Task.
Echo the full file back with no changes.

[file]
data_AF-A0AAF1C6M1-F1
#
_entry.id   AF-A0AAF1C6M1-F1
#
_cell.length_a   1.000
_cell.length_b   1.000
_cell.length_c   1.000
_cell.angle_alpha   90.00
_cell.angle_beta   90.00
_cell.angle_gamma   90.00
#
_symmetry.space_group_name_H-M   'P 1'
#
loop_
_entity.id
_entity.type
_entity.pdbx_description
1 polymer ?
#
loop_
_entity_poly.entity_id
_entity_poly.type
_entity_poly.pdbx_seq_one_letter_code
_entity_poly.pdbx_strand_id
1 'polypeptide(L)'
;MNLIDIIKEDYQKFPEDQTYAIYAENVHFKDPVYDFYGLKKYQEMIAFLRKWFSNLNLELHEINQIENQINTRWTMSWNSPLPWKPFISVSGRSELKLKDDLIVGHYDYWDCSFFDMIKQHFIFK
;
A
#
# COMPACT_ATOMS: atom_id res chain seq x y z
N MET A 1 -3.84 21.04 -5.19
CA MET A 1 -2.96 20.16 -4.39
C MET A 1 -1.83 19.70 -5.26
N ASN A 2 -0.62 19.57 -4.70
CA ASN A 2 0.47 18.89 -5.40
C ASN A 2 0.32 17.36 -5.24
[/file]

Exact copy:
data_AF-A0AAF1C6M1-F1
#
_entry.id   AF-A0AAF1C6M1-F1
#
_cell.length_a   1.000
_cell.length_b   1.000
_cell.length_c   1.000
_cell.angle_alpha   90.00
_cell.angle_beta   90.00
_cell.angle_gamma   90.00
#
_symmetry.space_group_name_H-M   'P 1'
#
loop_
_entity.id
_entity.type
_entity.pdbx_description
1 polymer ?
#
loop_
_entity_poly.entity_id
_entity_poly.type
_entity_poly.pdbx_seq_one_letter_code
_entity_poly.pdbx_strand_id
1 'polypeptide(L)'
;MNLIDIIKEDYQKFPEDQTYAIYAENVHFKDPVYDFYGLKKYQEMIAFLRKWFSNLNLELHEINQIENQINTRWTMSWNSPLPWKPFISVSGRSELKLKDDLIVGHYDYWDCSFFDMIKQHFIFK
;
A
#
# COMPACT_ATOMS: atom_id res chain seq x y z
N MET A 1 -3.84 21.04 -5.19
CA MET A 1 -2.96 20.16 -4.39
C MET A 1 -1.83 19.70 -5.26
N ASN A 2 -0.62 19.57 -4.70
CA ASN A 2 0.47 18.89 -5.40
C ASN A 2 0.32 17.36 -5.24